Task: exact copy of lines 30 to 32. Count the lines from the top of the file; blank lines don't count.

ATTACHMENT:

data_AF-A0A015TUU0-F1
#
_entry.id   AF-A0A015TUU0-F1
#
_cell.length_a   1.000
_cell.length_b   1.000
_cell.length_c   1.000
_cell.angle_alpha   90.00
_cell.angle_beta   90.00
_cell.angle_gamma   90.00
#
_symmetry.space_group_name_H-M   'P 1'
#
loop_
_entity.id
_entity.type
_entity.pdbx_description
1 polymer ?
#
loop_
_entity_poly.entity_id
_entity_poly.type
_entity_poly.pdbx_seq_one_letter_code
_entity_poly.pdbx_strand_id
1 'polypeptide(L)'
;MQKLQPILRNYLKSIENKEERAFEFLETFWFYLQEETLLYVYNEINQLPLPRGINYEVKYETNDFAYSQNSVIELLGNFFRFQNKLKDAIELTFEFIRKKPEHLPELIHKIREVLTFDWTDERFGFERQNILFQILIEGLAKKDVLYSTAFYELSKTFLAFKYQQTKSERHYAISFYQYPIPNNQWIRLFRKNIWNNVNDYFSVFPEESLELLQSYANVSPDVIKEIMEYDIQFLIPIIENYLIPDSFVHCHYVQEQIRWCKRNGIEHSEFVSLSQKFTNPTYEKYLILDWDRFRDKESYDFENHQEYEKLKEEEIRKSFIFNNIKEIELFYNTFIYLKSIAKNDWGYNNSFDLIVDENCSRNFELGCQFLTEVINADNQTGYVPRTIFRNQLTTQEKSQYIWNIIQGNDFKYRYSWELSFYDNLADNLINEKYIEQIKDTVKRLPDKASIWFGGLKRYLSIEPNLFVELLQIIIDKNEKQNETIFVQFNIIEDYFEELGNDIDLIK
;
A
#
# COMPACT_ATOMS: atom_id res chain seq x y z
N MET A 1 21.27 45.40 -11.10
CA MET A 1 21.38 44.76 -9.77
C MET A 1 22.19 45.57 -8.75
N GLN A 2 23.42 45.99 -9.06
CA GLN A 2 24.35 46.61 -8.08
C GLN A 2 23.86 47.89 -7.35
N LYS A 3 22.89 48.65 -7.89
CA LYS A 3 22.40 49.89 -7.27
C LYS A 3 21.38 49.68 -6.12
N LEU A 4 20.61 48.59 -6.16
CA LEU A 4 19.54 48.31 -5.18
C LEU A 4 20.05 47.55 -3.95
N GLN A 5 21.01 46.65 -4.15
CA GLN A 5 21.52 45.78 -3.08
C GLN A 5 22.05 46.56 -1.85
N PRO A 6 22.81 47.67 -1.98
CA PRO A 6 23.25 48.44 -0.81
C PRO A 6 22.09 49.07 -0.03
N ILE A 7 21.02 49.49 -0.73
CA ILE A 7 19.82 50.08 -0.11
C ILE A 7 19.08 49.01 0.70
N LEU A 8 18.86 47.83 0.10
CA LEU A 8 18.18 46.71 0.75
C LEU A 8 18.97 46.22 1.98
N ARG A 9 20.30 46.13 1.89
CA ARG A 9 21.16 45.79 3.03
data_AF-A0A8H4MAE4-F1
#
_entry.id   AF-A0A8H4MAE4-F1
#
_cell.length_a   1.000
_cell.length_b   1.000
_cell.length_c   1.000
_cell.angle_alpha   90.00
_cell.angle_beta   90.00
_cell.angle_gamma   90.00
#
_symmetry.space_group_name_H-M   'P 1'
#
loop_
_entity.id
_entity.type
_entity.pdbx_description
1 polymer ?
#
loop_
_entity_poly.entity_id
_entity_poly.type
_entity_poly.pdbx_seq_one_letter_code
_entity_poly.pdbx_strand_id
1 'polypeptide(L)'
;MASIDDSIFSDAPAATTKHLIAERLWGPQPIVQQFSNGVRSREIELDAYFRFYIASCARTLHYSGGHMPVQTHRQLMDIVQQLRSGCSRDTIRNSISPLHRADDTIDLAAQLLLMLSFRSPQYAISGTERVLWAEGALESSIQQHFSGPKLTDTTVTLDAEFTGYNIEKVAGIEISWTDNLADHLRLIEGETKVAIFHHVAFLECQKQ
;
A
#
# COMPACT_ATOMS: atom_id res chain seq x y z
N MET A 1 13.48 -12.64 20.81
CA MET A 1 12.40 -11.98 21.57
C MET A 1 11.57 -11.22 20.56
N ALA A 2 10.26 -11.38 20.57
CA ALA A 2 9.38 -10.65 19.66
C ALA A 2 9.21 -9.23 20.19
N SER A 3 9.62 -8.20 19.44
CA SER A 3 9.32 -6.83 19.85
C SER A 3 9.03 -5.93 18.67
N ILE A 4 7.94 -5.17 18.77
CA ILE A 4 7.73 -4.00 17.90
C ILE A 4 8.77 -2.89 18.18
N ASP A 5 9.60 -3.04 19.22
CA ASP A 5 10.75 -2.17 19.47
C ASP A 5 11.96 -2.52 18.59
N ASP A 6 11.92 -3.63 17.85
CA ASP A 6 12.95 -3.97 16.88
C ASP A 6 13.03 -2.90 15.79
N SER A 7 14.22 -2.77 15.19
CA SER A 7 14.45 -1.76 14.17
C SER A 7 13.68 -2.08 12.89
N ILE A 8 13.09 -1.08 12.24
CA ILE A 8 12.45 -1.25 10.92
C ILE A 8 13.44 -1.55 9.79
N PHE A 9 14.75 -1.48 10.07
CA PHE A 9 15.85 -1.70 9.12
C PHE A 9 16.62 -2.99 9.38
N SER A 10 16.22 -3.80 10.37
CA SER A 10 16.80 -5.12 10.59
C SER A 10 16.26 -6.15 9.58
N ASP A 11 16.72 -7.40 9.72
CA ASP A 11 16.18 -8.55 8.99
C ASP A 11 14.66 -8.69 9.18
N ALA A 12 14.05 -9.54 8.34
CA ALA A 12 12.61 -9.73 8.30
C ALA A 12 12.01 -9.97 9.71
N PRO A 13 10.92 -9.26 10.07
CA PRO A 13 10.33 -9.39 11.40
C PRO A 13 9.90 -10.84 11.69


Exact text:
# COMPACT_ATOMS: atom_id res chain seq x y z
N MET A 1 21.27 45.40 -11.10
CA MET A 1 21.38 44.76 -9.77